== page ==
My box set of the Remnant Chronicles was thrust enthusiastically to the top of my TBR list after I read Pearson's enchanting Dance of Thieves duology. In this first installment, the resentful Princess Lia flees her arranged marriage to a neighboring kingdom's heir and escapes to a sleepy fishing village with her best friend and handmaid. There, she settles in to the ordinary life she has always dreamed of, away from the press of duty and decorum. Little does she know, two men are hunting her: the prince she was promised to marry and an assassin tasked with slitting her throat.
There's a bit of plot convenience at the start when Rafe and Kaden show up in town at the same time and bump into one another outside the tavern where Lia works, but it was easy to overlook. There was plenty more about this book to like than not. I was grateful that the love triangle wasn't drawn out to excruciating lengths. Lia settles on one of her dashing stalkers fairly quickly and the stiff romance that follows is sweet and understated.
What got me with this book was the twist!!! Not that one, the other one. Oh man, Pearson got me good. I won't spoil it for you, but damn. Serves me right for making assumptions. I was giddy with it for days. I'm not often surprised by twists. I can usually puzzle them out by small details and foreshadowing. I think the best part about this book's twist is that Pearson doesn't really do it to you so much as she lets you set yourself up for it. Absolutely delightful.
Aside from the bait-and-switch, I really enjoyed the last quarter of this book. Lia's transition from naive dreamer to bitter realist is heartfelt and thoroughly convincing. Her rebellious spirit endures throughout, coming to a razor-sharp point at the conclusion when the brutal truth of her place in the world can no longer be ignored. I can't wait to read the second book and see what comes next!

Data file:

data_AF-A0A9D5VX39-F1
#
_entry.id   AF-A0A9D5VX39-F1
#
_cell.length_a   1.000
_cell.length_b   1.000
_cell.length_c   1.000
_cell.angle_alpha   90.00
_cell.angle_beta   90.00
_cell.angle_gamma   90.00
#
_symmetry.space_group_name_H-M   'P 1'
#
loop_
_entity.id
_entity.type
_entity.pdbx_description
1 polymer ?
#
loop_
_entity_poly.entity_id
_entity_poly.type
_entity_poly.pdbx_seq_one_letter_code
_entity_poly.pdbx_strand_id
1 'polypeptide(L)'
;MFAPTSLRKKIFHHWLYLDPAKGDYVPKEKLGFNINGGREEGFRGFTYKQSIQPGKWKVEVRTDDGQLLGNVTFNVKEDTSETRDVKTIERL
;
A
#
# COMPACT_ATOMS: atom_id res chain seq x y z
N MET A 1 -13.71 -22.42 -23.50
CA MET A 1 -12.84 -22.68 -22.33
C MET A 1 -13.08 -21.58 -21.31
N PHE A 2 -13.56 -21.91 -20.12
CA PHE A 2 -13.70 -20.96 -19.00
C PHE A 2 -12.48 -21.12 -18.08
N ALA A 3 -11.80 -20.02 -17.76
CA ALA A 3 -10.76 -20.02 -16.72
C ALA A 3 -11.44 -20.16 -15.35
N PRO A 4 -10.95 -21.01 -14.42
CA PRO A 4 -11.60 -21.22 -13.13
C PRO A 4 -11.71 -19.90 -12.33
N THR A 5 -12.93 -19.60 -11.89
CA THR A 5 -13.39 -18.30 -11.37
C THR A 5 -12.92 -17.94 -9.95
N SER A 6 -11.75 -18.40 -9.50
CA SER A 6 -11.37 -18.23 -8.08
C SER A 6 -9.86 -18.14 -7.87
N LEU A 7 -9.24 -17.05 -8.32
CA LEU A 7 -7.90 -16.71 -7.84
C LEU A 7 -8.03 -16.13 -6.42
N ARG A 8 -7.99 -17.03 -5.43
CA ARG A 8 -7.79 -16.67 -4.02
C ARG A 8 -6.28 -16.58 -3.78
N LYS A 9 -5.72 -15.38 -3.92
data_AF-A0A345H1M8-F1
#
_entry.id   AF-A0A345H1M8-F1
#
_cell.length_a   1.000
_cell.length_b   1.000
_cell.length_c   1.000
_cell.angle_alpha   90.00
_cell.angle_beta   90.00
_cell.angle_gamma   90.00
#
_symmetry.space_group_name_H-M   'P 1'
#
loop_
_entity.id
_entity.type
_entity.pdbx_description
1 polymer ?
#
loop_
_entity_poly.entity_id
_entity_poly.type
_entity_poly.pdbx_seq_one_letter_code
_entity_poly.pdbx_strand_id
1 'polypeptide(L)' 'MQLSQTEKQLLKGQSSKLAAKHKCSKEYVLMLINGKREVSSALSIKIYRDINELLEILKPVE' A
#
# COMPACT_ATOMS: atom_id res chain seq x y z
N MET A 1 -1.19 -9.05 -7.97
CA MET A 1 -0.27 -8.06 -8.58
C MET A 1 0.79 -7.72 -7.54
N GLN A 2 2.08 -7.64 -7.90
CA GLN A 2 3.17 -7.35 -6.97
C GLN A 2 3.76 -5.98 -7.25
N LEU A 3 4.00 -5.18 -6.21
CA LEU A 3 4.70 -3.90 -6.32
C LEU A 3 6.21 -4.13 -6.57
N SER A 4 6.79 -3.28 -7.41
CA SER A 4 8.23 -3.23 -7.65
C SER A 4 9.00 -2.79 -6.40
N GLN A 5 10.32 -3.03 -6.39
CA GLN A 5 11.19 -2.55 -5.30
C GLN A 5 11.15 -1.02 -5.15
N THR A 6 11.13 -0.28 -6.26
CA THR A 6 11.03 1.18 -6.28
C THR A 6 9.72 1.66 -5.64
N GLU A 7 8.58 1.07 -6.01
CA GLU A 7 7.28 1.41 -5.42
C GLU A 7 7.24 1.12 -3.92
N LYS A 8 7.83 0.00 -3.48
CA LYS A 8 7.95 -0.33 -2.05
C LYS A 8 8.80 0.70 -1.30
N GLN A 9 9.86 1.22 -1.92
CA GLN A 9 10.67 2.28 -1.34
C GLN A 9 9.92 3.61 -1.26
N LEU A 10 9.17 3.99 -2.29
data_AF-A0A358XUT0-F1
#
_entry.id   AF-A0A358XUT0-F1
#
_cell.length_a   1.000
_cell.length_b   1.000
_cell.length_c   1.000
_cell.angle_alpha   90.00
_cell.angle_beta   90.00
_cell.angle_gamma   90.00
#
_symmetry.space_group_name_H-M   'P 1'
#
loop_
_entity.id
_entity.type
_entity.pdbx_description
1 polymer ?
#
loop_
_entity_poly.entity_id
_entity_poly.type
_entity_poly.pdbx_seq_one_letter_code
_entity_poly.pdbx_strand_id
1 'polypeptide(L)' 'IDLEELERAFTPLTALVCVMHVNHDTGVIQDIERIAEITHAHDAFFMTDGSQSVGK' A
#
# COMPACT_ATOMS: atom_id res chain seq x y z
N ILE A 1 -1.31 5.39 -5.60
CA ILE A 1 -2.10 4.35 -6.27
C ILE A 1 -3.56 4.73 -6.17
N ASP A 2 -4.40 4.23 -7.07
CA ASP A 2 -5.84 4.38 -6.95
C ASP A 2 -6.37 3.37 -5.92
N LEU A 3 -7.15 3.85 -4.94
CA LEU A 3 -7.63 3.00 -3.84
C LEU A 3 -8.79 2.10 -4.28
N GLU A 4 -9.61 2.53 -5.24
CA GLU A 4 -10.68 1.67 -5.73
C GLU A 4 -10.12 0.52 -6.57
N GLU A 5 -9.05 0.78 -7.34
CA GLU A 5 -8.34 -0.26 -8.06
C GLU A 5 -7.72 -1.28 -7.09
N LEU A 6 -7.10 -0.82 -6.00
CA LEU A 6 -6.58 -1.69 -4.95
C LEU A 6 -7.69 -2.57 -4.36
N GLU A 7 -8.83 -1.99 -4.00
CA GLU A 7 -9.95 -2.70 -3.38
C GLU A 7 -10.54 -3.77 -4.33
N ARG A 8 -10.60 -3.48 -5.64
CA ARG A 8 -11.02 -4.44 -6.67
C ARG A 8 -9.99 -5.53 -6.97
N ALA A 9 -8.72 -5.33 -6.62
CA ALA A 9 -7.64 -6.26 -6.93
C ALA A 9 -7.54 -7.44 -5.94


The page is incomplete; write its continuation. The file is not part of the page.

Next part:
Kazi's grief and Jase's worry are palpable, neither one knowing if the other yet lives. Their heartache and fear pulses on every page, and I loved the steady back-and-forth of POV, watching them slowly spiral back toward one another. Allies (and enemies) are found in unexpected places, and one in particular really made me happy. I always love when a previously-assumed antagonist has a bit of backstory reveal and ends up being a good guy. I also really enjoyed the side-relationships in this one. Especially a certain bubbly rahtan and her surly Ballenger counterpart. (Ugh, that ending got me right in the feels!)
This duo of lovely novels has a lot to offer: strong, diverse characters, concise yet powerful action scenes, emotional conflict, a complex world, a bit of dubious magic, sweet, realistic romance...the list goes ON, people. But apart from all these things, and setting Pearson's economical-yet-elegant prose aside, there is one thing that really sets this story apart for me: family.